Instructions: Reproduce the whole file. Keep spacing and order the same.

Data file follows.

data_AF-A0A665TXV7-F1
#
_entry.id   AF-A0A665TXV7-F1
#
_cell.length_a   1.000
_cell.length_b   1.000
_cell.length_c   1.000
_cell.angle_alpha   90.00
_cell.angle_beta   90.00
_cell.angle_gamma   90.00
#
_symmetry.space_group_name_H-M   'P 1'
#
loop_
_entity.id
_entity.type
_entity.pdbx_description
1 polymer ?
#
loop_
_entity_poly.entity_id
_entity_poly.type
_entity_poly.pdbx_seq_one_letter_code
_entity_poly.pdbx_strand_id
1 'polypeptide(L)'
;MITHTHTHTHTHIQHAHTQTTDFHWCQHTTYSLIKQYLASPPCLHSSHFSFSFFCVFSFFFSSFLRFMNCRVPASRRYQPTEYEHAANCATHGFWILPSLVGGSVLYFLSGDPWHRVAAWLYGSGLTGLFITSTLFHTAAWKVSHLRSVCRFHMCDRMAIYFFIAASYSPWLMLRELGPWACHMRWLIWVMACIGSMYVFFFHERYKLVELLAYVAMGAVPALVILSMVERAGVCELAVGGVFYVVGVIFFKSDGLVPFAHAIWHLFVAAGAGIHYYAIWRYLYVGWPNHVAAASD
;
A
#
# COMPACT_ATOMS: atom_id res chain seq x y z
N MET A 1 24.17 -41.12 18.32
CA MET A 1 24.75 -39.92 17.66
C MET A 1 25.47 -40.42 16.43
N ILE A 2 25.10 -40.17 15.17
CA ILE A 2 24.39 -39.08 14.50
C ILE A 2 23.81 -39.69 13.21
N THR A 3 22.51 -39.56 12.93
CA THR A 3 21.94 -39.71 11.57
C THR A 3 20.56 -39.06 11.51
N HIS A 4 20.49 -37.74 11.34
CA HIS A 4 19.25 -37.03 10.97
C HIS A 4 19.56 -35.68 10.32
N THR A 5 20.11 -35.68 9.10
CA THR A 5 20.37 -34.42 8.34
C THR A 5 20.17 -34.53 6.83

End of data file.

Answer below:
data_AF-A0A665TXV7-F1
#
_entry.id   AF-A0A665TXV7-F1
#
_cell.length_a   1.000
_cell.length_b   1.000
_cell.length_c   1.000
_cell.angle_alpha   90.00
_cell.angle_beta   90.00
_cell.angle_gamma   90.00
#
_symmetry.space_group_name_H-M   'P 1'
#
loop_
_entity.id
_entity.type
_entity.pdbx_description
1 polymer ?
#
loop_
_entity_poly.entity_id
_entity_poly.type
_entity_poly.pdbx_seq_one_letter_code
_entity_poly.pdbx_strand_id
1 'polypeptide(L)'
;MITHTHTHTHTHIQHAHTQTTDFHWCQHTTYSLIKQYLASPPCLHSSHFSFSFFCVFSFFFSSFLRFMNCRVPASRRYQPTEYEHAANCATHGFWILPSLVGGSVLYFLSGDPWHRVAAWLYGSGLTGLFITSTLFHTAAWKVSHLRSVCRFHMCDRMAIYFFIAASYSPWLMLRELGPWACHMRWLIWVMACIGSMYVFFFHERYKLVELLAYVAMGAVPALVILSMVERAGVCELAVGGVFYVVGVIFFKSDGLVPFAHAIWHLFVAAGAGIHYYAIWRYLYVGWPNHVAAASD
;
A
#
# COMPACT_ATOMS: atom_id res chain seq x y z
N MET A 1 24.17 -41.12 18.32
CA MET A 1 24.75 -39.92 17.66
C MET A 1 25.47 -40.42 16.43
N ILE A 2 25.10 -40.17 15.17
CA ILE A 2 24.39 -39.08 14.50
C ILE A 2 23.81 -39.69 13.21
N THR A 3 22.51 -39.56 12.93
CA THR A 3 21.94 -39.71 11.57
C THR A 3 20.56 -39.06 11.51
N HIS A 4 20.49 -37.74 11.34
CA HIS A 4 19.25 -37.03 10.97
C HIS A 4 19.56 -35.68 10.32
N THR A 5 20.11 -35.68 9.10
CA THR A 5 20.37 -34.42 8.34
C THR A 5 20.17 -34.53 6.83